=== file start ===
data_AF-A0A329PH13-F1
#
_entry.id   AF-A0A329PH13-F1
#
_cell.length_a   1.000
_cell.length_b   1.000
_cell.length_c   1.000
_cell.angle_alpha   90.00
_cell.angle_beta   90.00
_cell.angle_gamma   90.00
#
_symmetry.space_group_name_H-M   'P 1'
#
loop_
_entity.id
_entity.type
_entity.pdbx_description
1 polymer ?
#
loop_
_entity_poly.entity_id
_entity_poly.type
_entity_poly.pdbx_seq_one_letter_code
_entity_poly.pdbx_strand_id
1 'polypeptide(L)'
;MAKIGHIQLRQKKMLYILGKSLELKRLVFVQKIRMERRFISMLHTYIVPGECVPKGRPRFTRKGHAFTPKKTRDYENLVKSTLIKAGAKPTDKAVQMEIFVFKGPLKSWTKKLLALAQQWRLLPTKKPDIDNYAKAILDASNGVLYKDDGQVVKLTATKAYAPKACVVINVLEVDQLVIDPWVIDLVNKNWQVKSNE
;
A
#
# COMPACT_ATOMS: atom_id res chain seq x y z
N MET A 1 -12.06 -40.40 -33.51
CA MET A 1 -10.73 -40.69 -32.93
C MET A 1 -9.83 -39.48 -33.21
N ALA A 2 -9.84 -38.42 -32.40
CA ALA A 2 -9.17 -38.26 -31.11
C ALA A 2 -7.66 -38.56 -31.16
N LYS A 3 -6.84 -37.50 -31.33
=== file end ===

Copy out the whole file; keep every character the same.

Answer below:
data_AF-A0A329PH13-F1
#
_entry.id   AF-A0A329PH13-F1
#
_cell.length_a   1.000
_cell.length_b   1.000
_cell.length_c   1.000
_cell.angle_alpha   90.00
_cell.angle_beta   90.00
_cell.angle_gamma   90.00
#
_symmetry.space_group_name_H-M   'P 1'
#
loop_
_entity.id
_entity.type
_entity.pdbx_description
1 polymer ?
#
loop_
_entity_poly.entity_id
_entity_poly.type
_entity_poly.pdbx_seq_one_letter_code
_entity_poly.pdbx_strand_id
1 'polypeptide(L)'
;MAKIGHIQLRQKKMLYILGKSLELKRLVFVQKIRMERRFISMLHTYIVPGECVPKGRPRFTRKGHAFTPKKTRDYENLVKSTLIKAGAKPTDKAVQMEIFVFKGPLKSWTKKLLALAQQWRLLPTKKPDIDNYAKAILDASNGVLYKDDGQVVKLTATKAYAPKACVVINVLEVDQLVIDPWVIDLVNKNWQVKSNE
;
A
#
# COMPACT_ATOMS: atom_id res chain seq x y z
N MET A 1 -12.06 -40.40 -33.51
CA MET A 1 -10.73 -40.69 -32.93
C MET A 1 -9.83 -39.48 -33.21
N ALA A 2 -9.84 -38.42 -32.40
CA ALA A 2 -9.17 -38.26 -31.11
C ALA A 2 -7.66 -38.56 -31.16
N LYS A 3 -6.84 -37.50 -31.33